In the last couple of months there has been an extensive campaign to raise awareness about dementia. I have had the pleasure of working with a cross sector team inputting into the campaign. The campaigns aims are to raise awareness and de-stigmatise dementia. The strap line of the campaign is “lets get our heads around dementia”. Click here for more information.

I recently came across a wonderful story that really demonstrates what can happen for one person when someone else “gets their head around dementia”.

The caring efforts of Bupa employee Kate Burnett and her touching relationship with a person living with dementia have been recognised internationally.

Resident Mary 93, has dementia and holds a special place in Kate’s heart. Kate, who works as an activities coordinator at Bupa Cornwall Park, has dealt with Mary’s animated character and violent outbursts on a daily basis.

But when Kate, arrived at work on January 15, a very different lady welcomed her. Mary’s usual furrowed; angry brow had been replaced by soft, loving features. Words of kindness and joy also replaced Mary’s usual colourful language.

Kate said, “It was such a special day and nobody ever expected it to happen. She was free from the effects of her dementia.” Kate recalls taking Mary outside, where she discussed personal matters of importance. As well as telling Kate she had a “lot of love” for her, and asking for her foul language to be interpreted as a form of appreciation, Mary also talked about the health of family members and which charities she would like to donate her jewellery to. Not knowing when, or if, Mary’s memory impairment due to dementia would return, Kate and Mary’s son, John, took her out to some of her favourite places, visiting the beach and church.

After four precious hours, Mary – having kissed Kate’s hand – fell asleep on Kate’s shoulder on the way home. Fifteen minutes later, Mary woke up and bit Kate’s arm.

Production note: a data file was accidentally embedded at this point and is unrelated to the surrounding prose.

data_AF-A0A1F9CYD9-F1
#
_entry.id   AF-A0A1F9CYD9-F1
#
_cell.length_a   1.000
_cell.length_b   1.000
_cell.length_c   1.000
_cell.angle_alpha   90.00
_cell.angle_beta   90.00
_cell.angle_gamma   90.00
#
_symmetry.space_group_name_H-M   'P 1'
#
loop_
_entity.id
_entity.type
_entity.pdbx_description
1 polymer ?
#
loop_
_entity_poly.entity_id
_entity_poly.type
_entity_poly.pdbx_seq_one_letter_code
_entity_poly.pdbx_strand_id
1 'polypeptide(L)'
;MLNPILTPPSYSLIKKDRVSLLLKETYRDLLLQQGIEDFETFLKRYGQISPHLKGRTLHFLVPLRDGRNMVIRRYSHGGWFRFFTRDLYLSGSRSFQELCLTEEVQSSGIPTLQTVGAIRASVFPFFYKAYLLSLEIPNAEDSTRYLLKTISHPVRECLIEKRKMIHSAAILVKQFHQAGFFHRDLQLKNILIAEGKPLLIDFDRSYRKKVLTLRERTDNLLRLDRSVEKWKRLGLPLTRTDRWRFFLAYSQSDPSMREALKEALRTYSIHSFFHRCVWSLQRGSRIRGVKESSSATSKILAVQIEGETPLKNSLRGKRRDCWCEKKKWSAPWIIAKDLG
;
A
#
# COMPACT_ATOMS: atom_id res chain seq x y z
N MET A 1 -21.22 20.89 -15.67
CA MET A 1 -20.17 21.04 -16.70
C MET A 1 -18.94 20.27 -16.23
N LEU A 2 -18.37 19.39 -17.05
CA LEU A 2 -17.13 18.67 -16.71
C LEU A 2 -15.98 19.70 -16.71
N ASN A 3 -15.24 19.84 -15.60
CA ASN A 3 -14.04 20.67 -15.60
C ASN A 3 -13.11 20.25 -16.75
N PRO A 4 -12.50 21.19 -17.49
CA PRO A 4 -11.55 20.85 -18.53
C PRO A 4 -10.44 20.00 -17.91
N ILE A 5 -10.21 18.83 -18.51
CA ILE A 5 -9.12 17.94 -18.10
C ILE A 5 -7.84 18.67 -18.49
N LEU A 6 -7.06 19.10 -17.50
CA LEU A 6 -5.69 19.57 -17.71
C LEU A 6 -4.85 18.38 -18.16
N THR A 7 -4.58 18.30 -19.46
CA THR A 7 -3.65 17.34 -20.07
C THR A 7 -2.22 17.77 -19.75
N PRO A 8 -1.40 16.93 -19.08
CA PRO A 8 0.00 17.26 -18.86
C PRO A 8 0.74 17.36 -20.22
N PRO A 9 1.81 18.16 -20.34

The effects of her dementia had returned and the softer Mary of those precious few hours has yet to resurface. “She won’t hug me. Despite all that though I adore her” said Kate.

After telling others about the rare experience, Kate was asked to write an account of what happened and I was so moved by Kate’s account I nominated her for a global award for customer service. In May I had the exciting job of going to visit Kate at work and telling her she was a finalist in the Bupa global awards.

Bupa has 76,000 employees so it was a real thrill and very special to hear Kate announced as winner of the Bupa Nicholas Beazley “Everyday Hero” Award – “Person first, dementia second – the miracle of our people and residents.”

Kate of course was thrilled “When I found out I had won I couldn’t believe it. Everyone deserved to win. For me it was about the experience with Mary. The day I shared with Mary was special enough.” said Kate.

“Kate is so enthusiastic about her job. We are all so proud of her.” Said Kate’s mum Jean Burnett. John, Mary’s son was thrilled to see Kate recognized. He said “Kate is part of Mary’s family”

Kate said, “Sometimes you wonder if the person inside the person with dementia is taking in what you are saying. It would appear from Mary’s awakening that they absolutely are. I didn’t realize how important my story would be to other people. It has given others hope and a special reminder that there is a person inside the dementia person.”

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